The annual festival of Surya-kunda (Suryakund) is perhaps the best-attended event of the local Vaishnava babaji society, marking the passing of Siddha Sri Madhusudana Das Babaji. Surya-kunda is a small village located in western Uttar Pradesh, some 40 kilometers off Vrindavana, a solitary place with a number of resident Gaudiya Vaishnava hermits. This year's event ended with a grand disaster — temple roof caved in, dozens dead and many more wounded.
Throughout the three-hour program of songs and processions around the village, people have taken advantage of the temple rooftop for a premium view of the program. The roof is particularly crammed at the concluding feast towards the afternoon, hosting up to hundreds of visitors from the total participation easily reaching over a thousand.
At the closing of the festival, as almost everyone had concluded their meals and began to move about, the ashram roof caved in on top of the crowds sitting in the large temple hall below. Many mahantas, important religious leaders from around the area of Vraja, along with hundreds of others, were taking their meals downstairs at the time of the accident, with hundreds more sitting on the falling roof.
Dozens are estimated dead, though no exact information is available as of yet. Participants smeared with blood were seen running around, wounded or mangled by the crashed building materials. Fractured skulls, fatal blood-loss and maimed limbs — the less fortunate were carried to their final rest. Apparently the supporting pillar of the building had given in, leading the entire roof to crash.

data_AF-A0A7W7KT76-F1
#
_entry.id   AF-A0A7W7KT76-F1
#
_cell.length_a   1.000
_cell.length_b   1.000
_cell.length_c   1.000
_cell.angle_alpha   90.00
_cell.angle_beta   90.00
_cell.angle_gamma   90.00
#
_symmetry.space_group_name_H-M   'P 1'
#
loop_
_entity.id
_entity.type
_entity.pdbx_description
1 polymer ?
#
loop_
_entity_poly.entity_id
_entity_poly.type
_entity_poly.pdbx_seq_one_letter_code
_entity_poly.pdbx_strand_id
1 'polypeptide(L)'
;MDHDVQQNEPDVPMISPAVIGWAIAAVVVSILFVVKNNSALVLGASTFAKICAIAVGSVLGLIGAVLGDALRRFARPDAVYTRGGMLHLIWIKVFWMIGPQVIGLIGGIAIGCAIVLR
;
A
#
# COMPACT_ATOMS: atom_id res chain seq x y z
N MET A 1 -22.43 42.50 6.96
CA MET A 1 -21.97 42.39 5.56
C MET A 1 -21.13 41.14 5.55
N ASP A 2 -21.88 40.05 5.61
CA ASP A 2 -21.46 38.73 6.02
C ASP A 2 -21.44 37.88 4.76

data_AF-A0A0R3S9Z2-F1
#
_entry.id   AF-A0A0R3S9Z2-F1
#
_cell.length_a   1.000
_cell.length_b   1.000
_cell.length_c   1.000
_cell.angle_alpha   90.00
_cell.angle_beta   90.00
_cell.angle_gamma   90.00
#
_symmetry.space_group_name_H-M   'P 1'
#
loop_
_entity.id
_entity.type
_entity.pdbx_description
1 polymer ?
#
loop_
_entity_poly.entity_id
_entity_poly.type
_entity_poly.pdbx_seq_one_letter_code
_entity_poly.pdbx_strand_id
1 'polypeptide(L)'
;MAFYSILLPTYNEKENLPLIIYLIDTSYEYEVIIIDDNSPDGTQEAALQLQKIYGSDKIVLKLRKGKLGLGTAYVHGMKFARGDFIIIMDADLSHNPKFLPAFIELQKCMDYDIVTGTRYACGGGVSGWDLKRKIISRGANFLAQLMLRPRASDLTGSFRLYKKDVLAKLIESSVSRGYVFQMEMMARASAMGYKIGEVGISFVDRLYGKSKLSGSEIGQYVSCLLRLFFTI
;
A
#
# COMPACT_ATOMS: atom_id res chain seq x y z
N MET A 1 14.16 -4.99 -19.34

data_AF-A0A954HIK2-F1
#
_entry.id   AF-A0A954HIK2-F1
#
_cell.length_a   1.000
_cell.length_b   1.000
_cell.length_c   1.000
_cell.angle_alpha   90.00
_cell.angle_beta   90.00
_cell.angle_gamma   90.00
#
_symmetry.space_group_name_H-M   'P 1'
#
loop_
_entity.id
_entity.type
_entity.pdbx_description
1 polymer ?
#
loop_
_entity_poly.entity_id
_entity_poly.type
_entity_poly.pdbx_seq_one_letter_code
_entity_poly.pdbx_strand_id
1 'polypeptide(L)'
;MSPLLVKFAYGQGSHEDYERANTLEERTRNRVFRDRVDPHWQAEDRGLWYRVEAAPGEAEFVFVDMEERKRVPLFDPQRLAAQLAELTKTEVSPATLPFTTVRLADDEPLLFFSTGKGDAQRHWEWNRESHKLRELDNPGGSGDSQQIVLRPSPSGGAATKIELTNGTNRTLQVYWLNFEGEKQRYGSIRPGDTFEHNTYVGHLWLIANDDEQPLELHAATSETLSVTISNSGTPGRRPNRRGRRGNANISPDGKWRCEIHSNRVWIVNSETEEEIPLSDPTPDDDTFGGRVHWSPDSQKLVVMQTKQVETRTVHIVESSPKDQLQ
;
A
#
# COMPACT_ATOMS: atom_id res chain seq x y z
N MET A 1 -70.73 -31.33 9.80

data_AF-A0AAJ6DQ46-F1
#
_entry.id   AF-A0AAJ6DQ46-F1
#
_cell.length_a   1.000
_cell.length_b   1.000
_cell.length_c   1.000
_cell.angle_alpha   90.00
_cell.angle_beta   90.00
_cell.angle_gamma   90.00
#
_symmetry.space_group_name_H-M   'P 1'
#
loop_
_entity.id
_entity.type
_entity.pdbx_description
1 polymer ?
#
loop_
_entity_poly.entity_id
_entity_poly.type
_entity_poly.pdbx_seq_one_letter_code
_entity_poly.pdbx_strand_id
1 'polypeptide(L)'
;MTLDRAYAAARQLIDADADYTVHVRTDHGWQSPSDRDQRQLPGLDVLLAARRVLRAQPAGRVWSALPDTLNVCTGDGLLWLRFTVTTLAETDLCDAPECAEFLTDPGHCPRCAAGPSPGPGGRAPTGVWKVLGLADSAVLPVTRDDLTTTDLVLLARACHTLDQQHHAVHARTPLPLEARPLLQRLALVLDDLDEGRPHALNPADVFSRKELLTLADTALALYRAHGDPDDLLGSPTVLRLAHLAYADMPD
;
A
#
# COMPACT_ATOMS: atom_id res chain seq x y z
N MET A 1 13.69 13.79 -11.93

Some died on the spot, some on the way to the hospital, and some in the hospital. Exact information is yet to come in. An Italian devotee fell through the roof, but got off with a bit of blood and managed his own way home. Reports indicate that among the casualties was a well-built, hairy, bearded babaji, resident of Radha Colony, dressed in raggish clothes — very likely to be the same Bhakticharan Das Babaji with whom I lived last winter.
The social convention of segregating the sexes in religious festivals tells, assuming this year's seating arrangements followed the long-established trend of the event, that the majority of victims were men. Men are given places inside the temple and on the roof, women have a separate large area on the outdoors temple premises.
A disaster of this magnitude is likely to hit the news soon. News follow-ups will be posted to the comments-section. The information for this report was received from Malati Dasi, a participant herself, fresh off the spot. Background information mine.